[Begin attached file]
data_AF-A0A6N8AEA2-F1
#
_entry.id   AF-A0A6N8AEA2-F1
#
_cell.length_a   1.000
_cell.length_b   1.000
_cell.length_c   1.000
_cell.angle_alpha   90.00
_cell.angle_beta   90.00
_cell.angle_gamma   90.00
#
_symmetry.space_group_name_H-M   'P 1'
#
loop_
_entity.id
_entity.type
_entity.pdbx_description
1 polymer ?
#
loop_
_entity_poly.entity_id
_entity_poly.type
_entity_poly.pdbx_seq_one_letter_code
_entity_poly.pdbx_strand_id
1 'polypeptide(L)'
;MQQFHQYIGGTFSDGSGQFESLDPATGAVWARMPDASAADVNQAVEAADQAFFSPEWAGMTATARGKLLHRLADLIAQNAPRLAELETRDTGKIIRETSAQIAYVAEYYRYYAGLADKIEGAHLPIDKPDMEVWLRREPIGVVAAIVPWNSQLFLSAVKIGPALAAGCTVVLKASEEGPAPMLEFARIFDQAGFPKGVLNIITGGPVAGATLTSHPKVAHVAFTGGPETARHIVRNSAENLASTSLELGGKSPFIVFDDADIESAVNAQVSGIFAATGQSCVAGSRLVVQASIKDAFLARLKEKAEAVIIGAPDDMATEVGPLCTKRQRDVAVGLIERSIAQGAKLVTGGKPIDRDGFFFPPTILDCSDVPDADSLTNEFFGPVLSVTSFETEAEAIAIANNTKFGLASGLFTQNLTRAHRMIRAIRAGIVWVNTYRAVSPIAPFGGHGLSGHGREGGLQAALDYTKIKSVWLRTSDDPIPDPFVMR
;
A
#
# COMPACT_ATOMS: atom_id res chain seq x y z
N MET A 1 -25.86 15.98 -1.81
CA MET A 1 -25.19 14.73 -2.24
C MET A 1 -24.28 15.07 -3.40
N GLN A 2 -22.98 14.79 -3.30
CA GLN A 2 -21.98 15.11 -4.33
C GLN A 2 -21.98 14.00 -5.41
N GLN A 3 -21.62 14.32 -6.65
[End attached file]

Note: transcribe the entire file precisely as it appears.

data_AF-A0A6N8AEA2-F1
#
_entry.id   AF-A0A6N8AEA2-F1
#
_cell.length_a   1.000
_cell.length_b   1.000
_cell.length_c   1.000
_cell.angle_alpha   90.00
_cell.angle_beta   90.00
_cell.angle_gamma   90.00
#
_symmetry.space_group_name_H-M   'P 1'
#
loop_
_entity.id
_entity.type
_entity.pdbx_description
1 polymer ?
#
loop_
_entity_poly.entity_id
_entity_poly.type
_entity_poly.pdbx_seq_one_letter_code
_entity_poly.pdbx_strand_id
1 'polypeptide(L)'
;MQQFHQYIGGTFSDGSGQFESLDPATGAVWARMPDASAADVNQAVEAADQAFFSPEWAGMTATARGKLLHRLADLIAQNAPRLAELETRDTGKIIRETSAQIAYVAEYYRYYAGLADKIEGAHLPIDKPDMEVWLRREPIGVVAAIVPWNSQLFLSAVKIGPALAAGCTVVLKASEEGPAPMLEFARIFDQAGFPKGVLNIITGGPVAGATLTSHPKVAHVAFTGGPETARHIVRNSAENLASTSLELGGKSPFIVFDDADIESAVNAQVSGIFAATGQSCVAGSRLVVQASIKDAFLARLKEKAEAVIIGAPDDMATEVGPLCTKRQRDVAVGLIERSIAQGAKLVTGGKPIDRDGFFFPPTILDCSDVPDADSLTNEFFGPVLSVTSFETEAEAIAIANNTKFGLASGLFTQNLTRAHRMIRAIRAGIVWVNTYRAVSPIAPFGGHGLSGHGREGGLQAALDYTKIKSVWLRTSDDPIPDPFVMR
;
A
#
# COMPACT_ATOMS: atom_id res chain seq x y z
N MET A 1 -25.86 15.98 -1.81
CA MET A 1 -25.19 14.73 -2.24
C MET A 1 -24.28 15.07 -3.40
N GLN A 2 -22.98 14.79 -3.30
CA GLN A 2 -21.98 15.11 -4.33
C GLN A 2 -21.98 14.00 -5.41
N GLN A 3 -21.62 14.32 -6.65